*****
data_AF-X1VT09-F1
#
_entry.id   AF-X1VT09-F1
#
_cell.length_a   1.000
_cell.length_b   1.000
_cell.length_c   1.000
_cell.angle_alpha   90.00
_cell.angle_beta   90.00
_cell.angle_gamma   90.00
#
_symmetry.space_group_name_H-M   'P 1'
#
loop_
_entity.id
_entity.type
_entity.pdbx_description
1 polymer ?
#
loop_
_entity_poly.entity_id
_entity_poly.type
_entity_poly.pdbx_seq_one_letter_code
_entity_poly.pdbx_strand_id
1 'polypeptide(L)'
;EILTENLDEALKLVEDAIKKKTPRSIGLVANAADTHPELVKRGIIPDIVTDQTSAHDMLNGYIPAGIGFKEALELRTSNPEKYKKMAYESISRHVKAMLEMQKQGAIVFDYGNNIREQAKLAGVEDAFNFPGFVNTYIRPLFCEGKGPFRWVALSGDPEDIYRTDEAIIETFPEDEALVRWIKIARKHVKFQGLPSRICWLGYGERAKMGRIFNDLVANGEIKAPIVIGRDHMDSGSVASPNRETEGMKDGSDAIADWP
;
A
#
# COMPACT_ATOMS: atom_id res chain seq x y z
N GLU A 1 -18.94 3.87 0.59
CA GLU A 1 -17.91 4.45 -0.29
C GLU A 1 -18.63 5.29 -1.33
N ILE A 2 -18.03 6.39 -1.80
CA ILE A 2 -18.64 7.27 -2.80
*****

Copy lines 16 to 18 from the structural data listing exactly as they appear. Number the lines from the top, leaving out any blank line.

_entity.type
_entity.pdbx_description
1 polymer ?